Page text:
f the under jaw.
Which'Won n Debate for His Citizen ;
of Cyclone Canyon.
Our town ball was filled to ovetfloAY
ing last Thursday evening with pc pl <
anxious to hear the oratorical coutes
between the debating societies of Itee
Dog and our sister city , Cyclone Can
yon. The subject chosen is one of vita
interest in this community , namely
"Resolved , Should a man stop to argut
or pull his gun ? "
The Cyclone Canyon contingent ar
rived in this city curiy on the eveuinj
in question and assumed charge of UK
negative side of the question , with Col
Hank Bludsoe and Bad Jim as leaders
while Short Card Hennessy and Centei
Fire Johnson , of this city , undertool
to steer the affirmative side to victory
We , the editor of the Clarion , and Maj
Mosely , the well-known undertaker
were unanimously elected judges of th <
contest , our decision to be final.
Some remarks were passed by th <
Cyclone Canyon crowd as to the Stiles :
of Maj. Mosely for the position o1
judge , they claiming that it was to his
interest in a business way to render i
decision calculated to start a row. The
Major , however , quickly silenced hi *
calumniators by royally offering t (
bury any one killed in the hall thai
evening free of cost , and his handsome
offer was followed by a roar of ap
plause. The debate lasted for a fill
hour and a half , and at the conclusion
as we were summing up the points anc
were on the point of rendering a decis
ion in favor of the affirmative side , the
Cyclone Canyon crowd got the drop or
us and we were forced , rather reluc
tantly. it is true , to gracefully yield anc
decide as follows : "Resolved , That it
all cases , and at any stage of the game
the man who gets his gun out first has
by far the best of an argument- ! ! ! *
Tied Dot * Clarion.
Father ftop ? Questioning Wlieii Sou
Mix-jH } I-miT ami History.
A 10-year-old ( Vdar avenue boy is
quite a reader , considering his tender
age. and hi.- ? father delighted in encour
aging Iiis literary taste. Not long ago
the father suggested to the boy that he
should read up on the life and death
of Nathan Hale , the spy and hero of
the revolution.
A ff\v evenings later the father ask
ed the hid if lie had carried out his re
quest. The hey said he had.
"Who v/as Nathan Halo ? " the father
"lie was stringed up by the British
soldiers. " was the s-omewhat irreverent
"You should say hanged , " said the
"Siriiijrcd up is jusl the same , " said
The boy.
"Xu. " raid the fat her , ' 'it isn't just
tii" ! % s : > iu < ' . "
"Well. " wild llio bo v. "it's just the
same to Nathan Halo.
This AVU ; something of a poser , and
the father disc-ri-etly changed the sub
ject .
"Ar.il why did the British hang Na
than Hale ? " lit' risked.
"i > -us < - , " replied the boy promptly ,
v.s- ' ie rubbers ! for Ge-n'ral
Tins Viroecr.s ! definition of a spy's
duties wr.s too much for the falher ,
and h" promptly dropped the ITale in
quiry tii-i1 ? : tnd thi-n. Cleveland I'lain
N o Hess Tears.
Whwaiting1 ? ! in the tenement house
elisiriet in ( hi o a lunn saA" a little
child in vv'liltt * ; : ( ] . on the sill of a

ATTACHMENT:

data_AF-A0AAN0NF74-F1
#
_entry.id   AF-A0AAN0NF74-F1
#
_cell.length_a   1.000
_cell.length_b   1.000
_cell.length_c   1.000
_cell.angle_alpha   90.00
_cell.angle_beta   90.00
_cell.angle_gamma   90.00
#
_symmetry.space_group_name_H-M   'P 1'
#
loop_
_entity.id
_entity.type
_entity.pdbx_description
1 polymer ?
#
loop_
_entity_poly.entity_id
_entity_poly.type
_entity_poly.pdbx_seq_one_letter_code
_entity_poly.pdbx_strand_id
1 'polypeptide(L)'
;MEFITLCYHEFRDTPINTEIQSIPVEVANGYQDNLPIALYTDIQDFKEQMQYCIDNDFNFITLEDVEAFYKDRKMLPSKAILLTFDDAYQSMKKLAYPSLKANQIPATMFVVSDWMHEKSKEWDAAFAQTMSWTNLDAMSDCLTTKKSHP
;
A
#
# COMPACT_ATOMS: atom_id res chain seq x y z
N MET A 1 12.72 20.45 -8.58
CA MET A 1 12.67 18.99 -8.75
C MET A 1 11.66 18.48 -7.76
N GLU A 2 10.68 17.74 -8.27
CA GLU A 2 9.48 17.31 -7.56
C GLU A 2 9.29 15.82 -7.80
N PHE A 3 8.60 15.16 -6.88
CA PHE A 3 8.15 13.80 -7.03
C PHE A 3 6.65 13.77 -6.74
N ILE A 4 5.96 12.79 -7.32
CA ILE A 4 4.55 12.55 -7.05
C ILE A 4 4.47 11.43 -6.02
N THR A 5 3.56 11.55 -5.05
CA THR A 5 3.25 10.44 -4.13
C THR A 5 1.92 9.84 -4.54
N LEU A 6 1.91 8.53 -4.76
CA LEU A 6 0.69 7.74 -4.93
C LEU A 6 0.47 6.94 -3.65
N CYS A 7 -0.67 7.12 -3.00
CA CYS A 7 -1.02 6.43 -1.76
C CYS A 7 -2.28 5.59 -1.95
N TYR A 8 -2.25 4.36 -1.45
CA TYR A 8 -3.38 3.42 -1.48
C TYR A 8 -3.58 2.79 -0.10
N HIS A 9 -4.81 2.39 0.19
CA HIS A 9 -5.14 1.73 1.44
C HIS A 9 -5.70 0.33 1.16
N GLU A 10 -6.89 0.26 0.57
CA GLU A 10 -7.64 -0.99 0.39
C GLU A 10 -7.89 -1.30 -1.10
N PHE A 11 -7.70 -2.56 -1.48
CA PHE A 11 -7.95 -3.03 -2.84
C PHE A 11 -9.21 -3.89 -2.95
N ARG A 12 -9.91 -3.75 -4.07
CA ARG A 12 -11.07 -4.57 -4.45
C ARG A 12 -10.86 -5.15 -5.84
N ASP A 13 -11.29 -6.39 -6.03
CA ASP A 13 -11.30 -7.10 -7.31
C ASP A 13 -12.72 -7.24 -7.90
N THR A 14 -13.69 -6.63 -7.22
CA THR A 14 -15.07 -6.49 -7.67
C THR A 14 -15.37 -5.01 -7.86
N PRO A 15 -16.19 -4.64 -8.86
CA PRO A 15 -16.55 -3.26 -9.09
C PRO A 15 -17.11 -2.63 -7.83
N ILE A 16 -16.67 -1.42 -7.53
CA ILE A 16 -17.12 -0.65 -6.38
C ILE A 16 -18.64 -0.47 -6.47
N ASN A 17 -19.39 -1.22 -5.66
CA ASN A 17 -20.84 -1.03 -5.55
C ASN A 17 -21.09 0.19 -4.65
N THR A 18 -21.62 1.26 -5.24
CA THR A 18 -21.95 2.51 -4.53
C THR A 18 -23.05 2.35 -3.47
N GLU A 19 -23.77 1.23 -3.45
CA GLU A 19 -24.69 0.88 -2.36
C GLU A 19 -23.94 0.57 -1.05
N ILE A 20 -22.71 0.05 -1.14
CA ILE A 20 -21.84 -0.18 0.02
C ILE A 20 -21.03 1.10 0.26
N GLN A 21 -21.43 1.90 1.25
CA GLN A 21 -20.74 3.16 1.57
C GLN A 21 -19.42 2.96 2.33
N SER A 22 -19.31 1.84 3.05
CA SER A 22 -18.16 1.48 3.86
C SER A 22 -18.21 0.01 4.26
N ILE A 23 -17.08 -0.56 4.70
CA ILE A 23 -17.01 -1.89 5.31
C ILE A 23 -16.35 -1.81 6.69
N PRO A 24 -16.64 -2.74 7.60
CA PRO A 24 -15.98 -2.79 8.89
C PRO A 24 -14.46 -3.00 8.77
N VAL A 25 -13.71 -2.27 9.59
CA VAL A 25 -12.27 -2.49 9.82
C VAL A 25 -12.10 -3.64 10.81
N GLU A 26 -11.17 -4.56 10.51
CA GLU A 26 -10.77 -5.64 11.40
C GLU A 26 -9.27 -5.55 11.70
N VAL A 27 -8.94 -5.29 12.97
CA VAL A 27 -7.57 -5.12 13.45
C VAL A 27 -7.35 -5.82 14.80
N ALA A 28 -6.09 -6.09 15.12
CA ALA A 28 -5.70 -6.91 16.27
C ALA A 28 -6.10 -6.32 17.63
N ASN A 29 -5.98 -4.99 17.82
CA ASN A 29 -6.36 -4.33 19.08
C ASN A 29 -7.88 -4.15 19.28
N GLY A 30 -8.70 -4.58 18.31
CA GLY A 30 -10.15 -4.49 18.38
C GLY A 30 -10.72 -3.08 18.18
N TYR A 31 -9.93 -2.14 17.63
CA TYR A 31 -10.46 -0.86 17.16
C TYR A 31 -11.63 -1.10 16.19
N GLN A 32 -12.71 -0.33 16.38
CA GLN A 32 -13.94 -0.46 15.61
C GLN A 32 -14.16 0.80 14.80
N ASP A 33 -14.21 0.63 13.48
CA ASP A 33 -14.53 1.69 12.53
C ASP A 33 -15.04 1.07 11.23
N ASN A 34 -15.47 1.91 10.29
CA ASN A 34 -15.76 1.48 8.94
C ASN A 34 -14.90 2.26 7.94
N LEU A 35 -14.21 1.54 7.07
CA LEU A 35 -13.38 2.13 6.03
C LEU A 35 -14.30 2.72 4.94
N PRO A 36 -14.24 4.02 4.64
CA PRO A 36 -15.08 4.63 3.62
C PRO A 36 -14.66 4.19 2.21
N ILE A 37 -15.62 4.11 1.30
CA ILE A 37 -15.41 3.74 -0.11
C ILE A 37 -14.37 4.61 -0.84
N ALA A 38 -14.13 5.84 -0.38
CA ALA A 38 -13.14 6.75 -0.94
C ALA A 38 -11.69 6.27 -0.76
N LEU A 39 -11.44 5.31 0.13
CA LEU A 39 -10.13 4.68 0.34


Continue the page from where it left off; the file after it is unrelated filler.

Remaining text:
third siory wi"-i\v. The man did not
tvivaia. * ; : : \\-ith a very pale face he
ran : u-r srf tlu rirret : : nd up the stair
way. TIe iov.id tJie right door , as if
by insJIiic-f. aii'I opened it softly. He
: IAV the ciuIyur id of the child , anel
iiuii. jv.st as he readied out his hand ,
the chi-il fei ! out. At tlic same instant
lie was s-j/- < 1 ! > y the arm , and a Avom-
m's voic ( feujandcd to know Avhat he
meant by intrudintr. "The child ! the
c-hild ! " he said , in a frantic Avhisper.
She has fallen out of the AvindoAv ! "
rhe Avoman siniied broadly , and Avalk-
ing to the A\-indoAV pulled in the child
D.V means of a short and stout rope ,
ind di'pesiu-d it on a cliair. Then she
turned to the amazed man , and said ,
: ranqtully. "I suppose you mean all
ight. bt'i ? iloly : Avasn't in danger at all.
[ can't spare time from my work to
ivalch her. and she Avill play by the
window , so I just tie her up this way.
Vhen she frills out and Avants to get
Kick she just yells , and I haul her in. "
rhe Avoll-nic.'Jiiinp : man left a elime for
he child and departed Avoudering.
HeV s Xot Taking Coffee.
St-rgtant Piersou was one of the
jest-liked men in the company , but he
wouldn't tolerate fool questions. On the
norninjr of July : \ he sat on the bank
) f the intrenchinent , drinking coffee.
: Ie was n-aily exposing himself unnec-
'ssarily. One of the men near-by was
iervotsly watching him. Their eyes
net and the private , somewhat embar-
assed. r marked , for the lack of some-
hing b tter to say :
"Are you taking a cup of coffee ? "
A lonl : of disgust spread over Pier-
ion's sneaking countenance.
"Am I taking coffer-V" he began ,
nockingly. A Mauser bullet knocked
he cup from his hand.
"No. sir. " he continued , with added
art-asm , "I'm not taking coffee. " New
fork Sun.
Houses All Built of Zinc.
All the iiouses in Beira , East Africa ,
.re built of zinc. If a person becomes
II on the street he is placed on a zinc
tretcher. carried to a zinc hospital
ud , if he dies , is burned in a zinc
offin. The town is called "the zinc
ity. "
No woman ever went through a
hurch service without feeling to see
I her dress was all right in the back.
Ueii lit of